SOUTH PORTLAND – If you think the Hannaford checkout line was busy on this Independence Day weekend, consider the distribution center.

The massive South Portland facility hummed with activity last week — one of the company’s busiest — as workers on carts called “double jacks” zipped down aisles filling orders from stores.

They worked fast and efficiently, guided by computer systems that track nearly every step of distribution.

Executives at the Scarborough-based supermarket company say computer systems like those in South Portland have helped Hannaford Bros. Co. return strong financial results in recent years.

And they say other factors, such as a Maine identity and a focus on locally sourced products, have helped Hannaford, which is owned by Belgium-based Delhaize Group, compete in an industry with razor-thin margins.

“Making sure we remain uniquely Hannaford — that’s what I do all day,” said Hannaford President Beth Newlands Campbell. “The board is really interested in growing Hannaford because we’re doing so well. The question they ask me is, ‘How can we grow this company more quickly?’ “


The firm that became Hannaford started in 1883, when Arthur Hannaford began selling fruits and vegetables from a one-horse produce cart on Portland’s waterfront. Roughly 20 years later, Hannaford’s siblings, Howard and Edward, helped incorporate the business.

Hannaford grew into one of the largest produce wholesalers in northern New England by 1920, and in 1939 acquired a grocery wholesaler, H. S. Melcher Co., according to the company’s website.

Hannaford entered the retail business in 1944, when it partnered with Cottle’s Supermarkets, and expanded in northern Maine when it merged with Bangor’s T.R. Savage Co. in 1955.

Hannaford continued growing through acquisitions, and by 1971 had 59 supermarkets in Maine, New Hampshire and Vermont with earnings of more than $1 million. That same year, Hannaford also became publicly traded.

Sales hit $1 billion by 1987, $2 billion by 1992 and $3 billion by 1997. During the 1990s, Hannaford acquired two supermarket companies with operations in the southeast United States.

In 2000, Belgium-based Delhaize — now called Delhaize Group — acquired Hannaford Bros. in a deal valued at $3.6 billion.



Hannaford now has 178 stores, operations in five states, some 26,000 workers (including about 9,500 in Maine) and revenue of more than $5 billion, said Newlands Campbell.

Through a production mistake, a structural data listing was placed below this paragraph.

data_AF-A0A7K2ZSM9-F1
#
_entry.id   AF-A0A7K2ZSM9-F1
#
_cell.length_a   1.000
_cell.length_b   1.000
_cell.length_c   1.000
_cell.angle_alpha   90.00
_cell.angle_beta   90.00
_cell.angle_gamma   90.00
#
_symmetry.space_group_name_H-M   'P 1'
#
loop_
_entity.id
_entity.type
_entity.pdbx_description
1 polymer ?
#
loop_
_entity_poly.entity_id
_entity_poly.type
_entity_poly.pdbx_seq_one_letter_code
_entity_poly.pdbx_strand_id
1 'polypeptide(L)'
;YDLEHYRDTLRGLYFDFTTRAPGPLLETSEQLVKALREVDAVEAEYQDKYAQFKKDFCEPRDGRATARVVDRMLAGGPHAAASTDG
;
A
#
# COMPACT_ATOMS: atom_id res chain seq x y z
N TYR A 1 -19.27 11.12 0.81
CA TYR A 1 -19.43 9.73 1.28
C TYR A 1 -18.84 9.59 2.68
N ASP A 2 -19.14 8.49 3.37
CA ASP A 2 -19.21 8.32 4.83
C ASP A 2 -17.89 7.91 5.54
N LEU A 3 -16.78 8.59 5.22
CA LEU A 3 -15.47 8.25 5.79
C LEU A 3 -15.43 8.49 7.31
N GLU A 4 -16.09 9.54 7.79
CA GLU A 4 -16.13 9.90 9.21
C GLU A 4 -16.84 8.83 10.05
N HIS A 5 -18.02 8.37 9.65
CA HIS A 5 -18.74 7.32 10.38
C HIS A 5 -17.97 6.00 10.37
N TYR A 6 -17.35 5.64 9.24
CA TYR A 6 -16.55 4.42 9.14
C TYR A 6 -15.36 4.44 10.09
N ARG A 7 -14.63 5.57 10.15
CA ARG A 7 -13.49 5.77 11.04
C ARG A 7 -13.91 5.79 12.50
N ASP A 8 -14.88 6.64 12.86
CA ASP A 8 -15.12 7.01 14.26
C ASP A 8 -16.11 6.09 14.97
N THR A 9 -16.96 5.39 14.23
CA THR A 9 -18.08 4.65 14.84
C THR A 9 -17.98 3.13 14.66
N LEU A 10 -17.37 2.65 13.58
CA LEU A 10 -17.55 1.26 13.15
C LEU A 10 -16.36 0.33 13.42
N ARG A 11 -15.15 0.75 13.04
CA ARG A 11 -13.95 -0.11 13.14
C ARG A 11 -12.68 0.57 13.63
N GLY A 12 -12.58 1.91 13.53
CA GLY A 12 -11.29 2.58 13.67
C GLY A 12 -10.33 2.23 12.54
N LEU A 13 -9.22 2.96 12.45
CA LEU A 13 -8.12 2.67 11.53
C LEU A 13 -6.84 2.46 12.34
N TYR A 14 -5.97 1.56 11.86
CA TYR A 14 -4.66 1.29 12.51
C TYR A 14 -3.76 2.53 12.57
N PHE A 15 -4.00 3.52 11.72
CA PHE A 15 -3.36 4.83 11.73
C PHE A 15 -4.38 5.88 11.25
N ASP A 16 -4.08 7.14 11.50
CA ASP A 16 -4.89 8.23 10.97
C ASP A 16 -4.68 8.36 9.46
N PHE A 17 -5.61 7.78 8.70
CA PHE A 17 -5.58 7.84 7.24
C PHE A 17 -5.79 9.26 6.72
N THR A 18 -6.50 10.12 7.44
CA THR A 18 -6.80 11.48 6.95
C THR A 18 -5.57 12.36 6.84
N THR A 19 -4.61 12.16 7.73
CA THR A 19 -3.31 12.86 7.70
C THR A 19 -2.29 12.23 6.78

Roughly 80 percent of stores have pharmacies, which account for 10 percent of revenue, said spokesperson Michael Norton.

Hannaford’s corporate owner, publicly-traded Delhaize, owns stores in the United States and Europe and employs some 138,600 workers.

In 2010 Delhaize had revenue of 21 billion euro, or $30 billion.

The Delhaize U.S. division reported revenue of $18.8 billion in 2010 and had nearly 104,000 employees from Maine to Florida. The division owned 1,627 stores under brands including Food Lion, Sweetbay Supermarket, Bloom, Bottom Dollar Food and Harveys Supermarket.


Newlands Campbell said corporate ownership has benefits.

She said Delhaize helped Hannaford acquire capital to acquire 19 Victory Supermarkets in 2004. And Hannaford staffers have been given job opportunities with Delhaize in other countries.

The domestic Delhaize brands share some corporate functions; accounting happens at Food Lion’s headquarters in Salisbury, N.C., and human resources is managed in Scarborough.

Newlands Campbell has direct responsibility for one other brand — Bloom, which has 49 stores in the Washington, D.C., region and southeast Virginia.

She also works closely with presidents at other Delhaize brands.

“At the end of the day we are selling groceries and have the same challenges,” she said.


According to the Arlington, Va.-based Food Marketing Institute, there are some 36,000 supermarkets in the United States with annual sales of more than $2 million each. The industry employs some 3.4 million workers and generated 2010 sales of $563 billion.

Many Delhaize competitors are also owned by holding companies. Netherlands-based Ahold, for instance, owns The Stop & Shop Supermarket Co., which is strong in the Northeast, and Giant, which has operations in the mid-Atlantic.

Supervalu Inc., based in Minnesota, owns Shaw’s and others. Publix Super Markets Inc., a major chain in the South, is owned by private investors and employees.


Hannaford’s South Portland distribution center, built in the 1960s and expanded multiple times since, employs more than 500 people, including production workers, drivers and contractors, said Bruce Southwick, manager of the distribution plant.